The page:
"As an artist who likes to write in pictures, my primary interest is human behavior and perception. I am fascinated in the ability of people to contrive selves in a projection of what each individual desires to be or believes to be at the moment. To study individual identity in terms of its social reality is to work in the realm of
Moliere. As individual behavior extends to national identity I am constantly curious at how we perceive ourselves and project ourselves as opposed to how others perceive us. In order to deal with our carnival society with its models, pop icons and political idols designed to trick us, my first defense is to become invisible by blending into the surroundings. Then to observe and record. In a world of accepted ideas my job is to strip them of their acceptability and, in a style influenced by the drawings of children, mad persons, brutes and outsiders, I practice the playful juggling of serious issues."
Gina Freschet, born and raised in San Francisco, is an artist who likes to write in pictures. Her unique illustrative style depicts sociopolitical themes through cartoon figures and elementary sketches. Seemingly simple caricatures are representative of a complex thought process laced with satiric humor. A self-proclaimed sign painter, Freschet considers her work unmoored from any specific artistic movement in the canon of art history. Stylistically, Freschet’s compositions are a pastiche of pictorial and script based signs, graffiti gesticulations and children’s drawings. Given the wide scope of her craft, Freschet’s oeuvre refuses fixity of any one genre.
As a School of Visual Arts (SVA) undergraduate, Freschet studied illustration. After graduating SVA with honors, Freschet proceeded to teach a class at SVA for an academic year during which she became a freelance illustrator at The New York Times. Still eager to express her creative forces, Freschet took it upon herself to learn how to paint. The artist took a liking to oils due to their forgiving properties—oils could be easily manipulated wet or dry—unlike other mediums such as watercolors. Up until the 1980’s, Freschet was working strictly in black in white. Consequently Freschet had to readjust her mode of thinking; instead of working from a mental palette of grisailles, she was suddenly executing her ideas in Technicolor.
Living in downtown Manhattan as an artist in the 1980s was pivotal for Freschet. As a bit of a social outcast, Freschet felt quite at home in the East Village. However, her reclusive nature did not seem to deter the process of befriending mentors, or other notable figures like Jean-Michel Basquiat. As an East Villager, Freschet frequently crossed paths with Basquiat and eventually maintained a brief friendship with him. Stylistically, some of Freschet’s work can be likened to Basquiat’s given their mutual penchant for bright colors, rudimentary sketches, and ideogrammatic compositions.
By the late 1990s, Freschet relocated to Mexico. She sought spiritual refuge in Mexican culture, folk art tradition, vibrant hues, and extraordinary topographical elements. Freschet discovered Mexican artists to be great sign painters, which allowed for a significant grooming of her own pictorial lexicon. Distanced from her native soil, Freschet began to slake her soul with a form of expressionist painting. Images, icons and impressions were slathered onto canvas like acts of contrition. Freschet also was reunited with her first love: illustration. She was constantly inspired by the quotidian of Mexican life—from casual conversations with people on the street to cultural customs—and soon these impressions began to reconfigure in her head in the form of a narrative. As a result, the artist began writing and illustrating several children’s books. Saturated with dreamlike, folk-art-inspired imagery, Freschet’s books were a reflection of the new life impressed upon her.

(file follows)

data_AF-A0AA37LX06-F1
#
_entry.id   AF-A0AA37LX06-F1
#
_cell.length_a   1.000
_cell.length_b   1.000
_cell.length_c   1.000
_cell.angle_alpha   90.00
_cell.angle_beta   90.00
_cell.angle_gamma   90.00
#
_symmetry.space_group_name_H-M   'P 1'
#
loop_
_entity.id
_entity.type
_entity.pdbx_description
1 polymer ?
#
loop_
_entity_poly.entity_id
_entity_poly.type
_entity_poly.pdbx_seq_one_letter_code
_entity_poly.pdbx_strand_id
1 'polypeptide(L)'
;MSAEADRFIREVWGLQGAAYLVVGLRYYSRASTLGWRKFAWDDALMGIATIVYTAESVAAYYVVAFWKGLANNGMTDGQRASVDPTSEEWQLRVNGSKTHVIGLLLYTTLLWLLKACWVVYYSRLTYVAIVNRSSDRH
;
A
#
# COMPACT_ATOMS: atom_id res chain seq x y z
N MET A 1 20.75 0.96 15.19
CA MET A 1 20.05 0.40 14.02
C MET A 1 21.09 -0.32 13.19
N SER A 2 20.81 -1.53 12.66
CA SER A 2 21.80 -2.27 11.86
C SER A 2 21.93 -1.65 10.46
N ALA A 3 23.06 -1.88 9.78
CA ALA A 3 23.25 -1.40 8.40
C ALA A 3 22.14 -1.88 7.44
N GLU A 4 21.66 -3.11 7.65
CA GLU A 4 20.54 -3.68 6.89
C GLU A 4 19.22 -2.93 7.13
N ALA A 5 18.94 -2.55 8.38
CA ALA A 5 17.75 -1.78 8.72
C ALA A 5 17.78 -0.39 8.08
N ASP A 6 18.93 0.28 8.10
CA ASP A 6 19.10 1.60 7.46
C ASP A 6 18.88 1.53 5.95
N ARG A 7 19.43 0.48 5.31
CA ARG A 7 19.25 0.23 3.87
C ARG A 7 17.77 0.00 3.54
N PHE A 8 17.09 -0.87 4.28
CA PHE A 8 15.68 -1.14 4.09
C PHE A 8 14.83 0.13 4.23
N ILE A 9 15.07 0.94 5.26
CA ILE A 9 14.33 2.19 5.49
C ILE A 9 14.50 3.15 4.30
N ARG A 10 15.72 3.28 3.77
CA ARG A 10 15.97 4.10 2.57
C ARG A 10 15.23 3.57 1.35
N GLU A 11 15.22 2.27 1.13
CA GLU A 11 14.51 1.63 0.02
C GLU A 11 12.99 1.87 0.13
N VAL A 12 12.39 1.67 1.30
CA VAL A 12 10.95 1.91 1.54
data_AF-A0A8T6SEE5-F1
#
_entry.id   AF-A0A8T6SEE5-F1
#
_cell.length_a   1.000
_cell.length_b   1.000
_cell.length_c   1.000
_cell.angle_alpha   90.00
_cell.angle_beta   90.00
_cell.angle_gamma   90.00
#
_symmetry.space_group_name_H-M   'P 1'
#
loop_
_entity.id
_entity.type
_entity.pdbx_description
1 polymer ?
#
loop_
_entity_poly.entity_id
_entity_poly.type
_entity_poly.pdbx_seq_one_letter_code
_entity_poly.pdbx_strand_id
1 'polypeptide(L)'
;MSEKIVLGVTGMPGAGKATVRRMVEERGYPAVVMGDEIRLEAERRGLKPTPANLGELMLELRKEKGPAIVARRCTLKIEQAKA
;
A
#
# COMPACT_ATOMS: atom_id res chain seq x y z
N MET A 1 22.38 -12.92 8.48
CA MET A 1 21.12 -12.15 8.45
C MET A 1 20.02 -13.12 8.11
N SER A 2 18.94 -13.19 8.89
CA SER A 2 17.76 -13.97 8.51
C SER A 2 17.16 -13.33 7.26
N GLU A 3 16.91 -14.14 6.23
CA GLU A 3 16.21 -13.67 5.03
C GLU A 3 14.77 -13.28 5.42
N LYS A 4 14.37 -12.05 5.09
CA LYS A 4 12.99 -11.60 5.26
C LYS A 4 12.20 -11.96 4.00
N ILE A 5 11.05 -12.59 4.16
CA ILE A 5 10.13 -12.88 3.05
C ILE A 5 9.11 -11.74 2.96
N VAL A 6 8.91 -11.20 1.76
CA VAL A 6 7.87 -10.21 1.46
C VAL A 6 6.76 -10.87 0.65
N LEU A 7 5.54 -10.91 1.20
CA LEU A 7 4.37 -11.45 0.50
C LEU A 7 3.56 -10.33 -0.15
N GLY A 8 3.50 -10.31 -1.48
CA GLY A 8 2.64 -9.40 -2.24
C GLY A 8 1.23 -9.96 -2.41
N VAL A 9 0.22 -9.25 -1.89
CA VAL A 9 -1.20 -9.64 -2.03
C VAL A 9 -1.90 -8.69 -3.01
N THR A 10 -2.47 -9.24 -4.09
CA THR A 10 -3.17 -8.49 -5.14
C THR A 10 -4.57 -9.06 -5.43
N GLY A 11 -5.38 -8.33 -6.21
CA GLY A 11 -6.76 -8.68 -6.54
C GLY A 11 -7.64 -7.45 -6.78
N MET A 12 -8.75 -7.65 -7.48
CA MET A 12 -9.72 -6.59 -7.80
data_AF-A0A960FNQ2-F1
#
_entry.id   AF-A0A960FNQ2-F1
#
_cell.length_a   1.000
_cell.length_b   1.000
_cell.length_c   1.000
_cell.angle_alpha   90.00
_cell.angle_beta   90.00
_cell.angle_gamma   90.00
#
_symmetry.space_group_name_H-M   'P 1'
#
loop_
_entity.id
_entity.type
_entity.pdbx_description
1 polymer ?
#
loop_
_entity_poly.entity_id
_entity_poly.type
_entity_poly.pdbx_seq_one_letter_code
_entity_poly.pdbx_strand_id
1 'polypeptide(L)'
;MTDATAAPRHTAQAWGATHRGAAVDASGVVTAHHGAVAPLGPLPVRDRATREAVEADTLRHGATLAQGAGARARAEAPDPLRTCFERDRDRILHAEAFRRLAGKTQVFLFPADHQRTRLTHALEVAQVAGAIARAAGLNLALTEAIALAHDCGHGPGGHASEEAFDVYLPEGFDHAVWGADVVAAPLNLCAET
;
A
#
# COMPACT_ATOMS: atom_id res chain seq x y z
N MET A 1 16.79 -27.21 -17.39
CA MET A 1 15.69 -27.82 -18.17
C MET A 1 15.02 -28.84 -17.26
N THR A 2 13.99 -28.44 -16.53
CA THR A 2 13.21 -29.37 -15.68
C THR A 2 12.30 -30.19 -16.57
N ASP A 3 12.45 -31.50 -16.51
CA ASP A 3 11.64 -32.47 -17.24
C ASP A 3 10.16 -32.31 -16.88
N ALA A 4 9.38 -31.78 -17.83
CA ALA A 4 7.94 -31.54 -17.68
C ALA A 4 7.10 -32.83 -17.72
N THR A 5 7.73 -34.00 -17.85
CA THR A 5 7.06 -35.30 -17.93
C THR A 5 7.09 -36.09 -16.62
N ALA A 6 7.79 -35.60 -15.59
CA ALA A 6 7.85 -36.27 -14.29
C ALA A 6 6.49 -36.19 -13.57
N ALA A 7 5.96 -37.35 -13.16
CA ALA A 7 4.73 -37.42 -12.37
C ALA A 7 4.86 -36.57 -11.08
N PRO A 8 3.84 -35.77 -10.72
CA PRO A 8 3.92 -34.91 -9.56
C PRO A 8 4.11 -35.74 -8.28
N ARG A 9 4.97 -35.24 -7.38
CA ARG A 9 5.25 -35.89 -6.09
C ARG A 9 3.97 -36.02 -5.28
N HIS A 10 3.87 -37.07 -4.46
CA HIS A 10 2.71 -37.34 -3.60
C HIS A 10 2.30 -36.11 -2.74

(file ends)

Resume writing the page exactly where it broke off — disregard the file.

Throughout the years Freschet has continued to expand her artistic repertoire by creating works on paper, watercolors and collages. Freschet’s process is not tethered to the restriction of time; sometimes a work can be birthed easily, whereas in other instances it can take up to a year to complete. The one element that does matter is scale. Freschet confesses to there being a certain amount of intimacy between her and her work, which in her mind, would not successfully translate in a large composition. Her largest works measure 3’ x 4’. Perhaps this can be attributed to her background in illustration that required a certain amount of detail within a restricted space. When asked about certain themes in her work, Freschet prefers the call them ‘attitudes’:
I’m interested in communicating, but not interested in preaching…It’s kind of like introducing you to something you’ve always known and upon viewing a work, you instantly recognize it….I want my art to make people think, make people laugh…My hope is that it will make people step a little outside of themselves. If it puts you off, that’s good!
Freschet believes that the purpose of art is to encourage people to believe in the possibility of transcendence, and that its reason is to remind people that there is an elevation that belongs to them.
School of Visual Arts (SVA), New York, New York
2000 - 2017
Artwork in Galleries, Group Shows
William Bennett Gallery, SOHO, New York
William and Joseph Gallery, Santa Fe, New Mexico
Globe Fine Art, Santa Fe, New Mexico
Art Movement Colorado, Boulder, Colorado
1990 - 2000
Artwork and Books:
Farrar, Straus & Giroux, Books for Young Readers:
Beto and the Bone Dance
Winnie and Ernst
Winnie and Ernst II
Feetman and Mr. Tiny
1980 - 1989
Artwork and Periodicals:
New York Times Op Ed Page
The New Yorker
New York Magazine
Canadian Sun Times
Scribners & Sons